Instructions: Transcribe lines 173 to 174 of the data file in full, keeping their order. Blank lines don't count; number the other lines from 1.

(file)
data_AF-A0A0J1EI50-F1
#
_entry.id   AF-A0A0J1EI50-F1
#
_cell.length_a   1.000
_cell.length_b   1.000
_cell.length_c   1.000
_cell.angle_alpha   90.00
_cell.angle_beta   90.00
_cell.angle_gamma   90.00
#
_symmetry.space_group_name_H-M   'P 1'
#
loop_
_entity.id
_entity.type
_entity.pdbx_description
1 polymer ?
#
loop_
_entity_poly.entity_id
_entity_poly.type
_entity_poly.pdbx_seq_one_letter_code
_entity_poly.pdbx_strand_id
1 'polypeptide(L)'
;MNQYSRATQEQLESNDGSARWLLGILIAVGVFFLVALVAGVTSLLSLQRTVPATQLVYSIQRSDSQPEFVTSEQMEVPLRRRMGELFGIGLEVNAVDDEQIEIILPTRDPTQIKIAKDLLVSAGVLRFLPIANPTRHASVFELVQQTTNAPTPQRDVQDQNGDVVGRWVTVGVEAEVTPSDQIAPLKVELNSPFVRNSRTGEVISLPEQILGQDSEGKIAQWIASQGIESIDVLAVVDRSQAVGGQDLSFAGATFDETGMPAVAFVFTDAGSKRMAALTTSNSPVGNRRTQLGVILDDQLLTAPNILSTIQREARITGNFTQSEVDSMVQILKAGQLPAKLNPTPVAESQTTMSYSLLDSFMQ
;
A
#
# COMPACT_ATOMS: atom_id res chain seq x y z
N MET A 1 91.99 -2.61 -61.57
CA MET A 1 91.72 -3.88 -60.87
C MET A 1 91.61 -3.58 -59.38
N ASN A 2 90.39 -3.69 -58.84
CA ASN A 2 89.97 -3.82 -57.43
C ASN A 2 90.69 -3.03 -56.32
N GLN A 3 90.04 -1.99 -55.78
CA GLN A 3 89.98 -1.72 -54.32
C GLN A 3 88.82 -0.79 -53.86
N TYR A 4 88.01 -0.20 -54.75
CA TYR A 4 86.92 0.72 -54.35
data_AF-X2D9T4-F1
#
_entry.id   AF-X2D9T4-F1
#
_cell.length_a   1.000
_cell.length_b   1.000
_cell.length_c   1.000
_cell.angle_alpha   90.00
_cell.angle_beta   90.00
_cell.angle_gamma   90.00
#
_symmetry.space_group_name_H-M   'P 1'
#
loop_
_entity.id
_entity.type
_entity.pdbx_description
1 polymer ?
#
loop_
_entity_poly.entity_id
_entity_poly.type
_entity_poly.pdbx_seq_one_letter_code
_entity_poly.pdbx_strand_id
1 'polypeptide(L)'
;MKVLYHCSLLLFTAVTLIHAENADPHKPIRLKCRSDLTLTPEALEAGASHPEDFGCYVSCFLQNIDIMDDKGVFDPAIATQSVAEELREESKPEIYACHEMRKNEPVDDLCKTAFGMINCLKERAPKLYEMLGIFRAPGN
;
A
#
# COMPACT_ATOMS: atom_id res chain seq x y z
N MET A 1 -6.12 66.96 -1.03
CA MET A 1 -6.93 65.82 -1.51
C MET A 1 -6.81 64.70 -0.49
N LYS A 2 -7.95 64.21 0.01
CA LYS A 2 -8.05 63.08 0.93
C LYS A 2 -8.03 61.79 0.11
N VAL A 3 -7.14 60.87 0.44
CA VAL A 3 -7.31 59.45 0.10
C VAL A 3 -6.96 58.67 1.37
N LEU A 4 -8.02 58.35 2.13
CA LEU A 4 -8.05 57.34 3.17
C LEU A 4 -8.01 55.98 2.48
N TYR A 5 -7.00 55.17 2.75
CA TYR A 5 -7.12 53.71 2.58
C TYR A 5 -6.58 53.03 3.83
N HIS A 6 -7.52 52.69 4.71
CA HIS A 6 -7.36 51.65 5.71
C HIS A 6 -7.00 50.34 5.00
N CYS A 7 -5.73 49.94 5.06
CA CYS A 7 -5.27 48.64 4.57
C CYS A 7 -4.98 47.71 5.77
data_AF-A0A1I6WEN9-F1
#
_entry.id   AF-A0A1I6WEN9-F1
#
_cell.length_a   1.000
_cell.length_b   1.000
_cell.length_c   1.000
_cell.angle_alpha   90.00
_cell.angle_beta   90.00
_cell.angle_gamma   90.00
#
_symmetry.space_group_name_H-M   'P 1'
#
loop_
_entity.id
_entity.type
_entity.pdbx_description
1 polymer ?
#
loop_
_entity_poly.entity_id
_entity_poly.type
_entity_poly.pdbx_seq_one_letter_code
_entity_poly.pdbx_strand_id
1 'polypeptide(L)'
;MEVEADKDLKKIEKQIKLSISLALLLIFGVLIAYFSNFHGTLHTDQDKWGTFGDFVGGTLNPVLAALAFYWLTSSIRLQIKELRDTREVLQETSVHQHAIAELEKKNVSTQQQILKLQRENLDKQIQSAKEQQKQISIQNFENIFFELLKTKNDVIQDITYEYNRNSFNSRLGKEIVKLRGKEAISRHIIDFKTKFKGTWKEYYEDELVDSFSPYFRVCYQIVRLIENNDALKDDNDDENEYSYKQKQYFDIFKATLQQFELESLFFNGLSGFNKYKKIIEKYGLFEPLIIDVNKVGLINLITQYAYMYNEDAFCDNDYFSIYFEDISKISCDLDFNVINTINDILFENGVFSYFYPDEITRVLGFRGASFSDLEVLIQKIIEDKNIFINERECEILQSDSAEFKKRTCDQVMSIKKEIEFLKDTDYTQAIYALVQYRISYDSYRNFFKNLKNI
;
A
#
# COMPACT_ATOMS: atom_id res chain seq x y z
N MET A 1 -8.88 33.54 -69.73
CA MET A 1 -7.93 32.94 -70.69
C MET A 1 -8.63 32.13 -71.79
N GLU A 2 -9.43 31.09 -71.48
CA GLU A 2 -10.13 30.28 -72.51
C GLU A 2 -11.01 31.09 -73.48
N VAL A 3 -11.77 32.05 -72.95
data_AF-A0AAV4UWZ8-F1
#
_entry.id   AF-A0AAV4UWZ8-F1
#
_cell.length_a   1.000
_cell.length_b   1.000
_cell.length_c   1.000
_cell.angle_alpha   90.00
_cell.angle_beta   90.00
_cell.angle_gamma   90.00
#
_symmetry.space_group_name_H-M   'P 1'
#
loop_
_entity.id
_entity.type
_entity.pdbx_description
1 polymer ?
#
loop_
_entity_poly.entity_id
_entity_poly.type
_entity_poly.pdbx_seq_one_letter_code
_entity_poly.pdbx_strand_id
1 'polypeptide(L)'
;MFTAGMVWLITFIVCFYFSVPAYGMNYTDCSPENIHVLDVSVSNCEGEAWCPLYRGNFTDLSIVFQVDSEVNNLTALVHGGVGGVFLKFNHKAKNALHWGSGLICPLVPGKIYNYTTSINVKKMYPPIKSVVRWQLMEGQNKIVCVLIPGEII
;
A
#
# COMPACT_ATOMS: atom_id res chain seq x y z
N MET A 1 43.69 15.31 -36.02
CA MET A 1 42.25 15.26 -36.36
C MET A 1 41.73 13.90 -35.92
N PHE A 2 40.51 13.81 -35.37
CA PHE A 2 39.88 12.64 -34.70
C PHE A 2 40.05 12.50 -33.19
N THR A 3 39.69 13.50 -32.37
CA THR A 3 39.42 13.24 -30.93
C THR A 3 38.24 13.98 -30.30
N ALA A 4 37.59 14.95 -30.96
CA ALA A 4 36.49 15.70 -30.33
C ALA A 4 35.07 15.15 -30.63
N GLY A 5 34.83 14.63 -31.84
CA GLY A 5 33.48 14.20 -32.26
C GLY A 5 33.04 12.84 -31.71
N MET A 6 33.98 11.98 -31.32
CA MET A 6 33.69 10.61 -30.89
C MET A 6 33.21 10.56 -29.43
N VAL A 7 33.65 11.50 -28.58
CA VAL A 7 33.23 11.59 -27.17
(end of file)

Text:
CA GLY A 5 33.48 14.20 -32.26
C GLY A 5 33.04 12.84 -31.71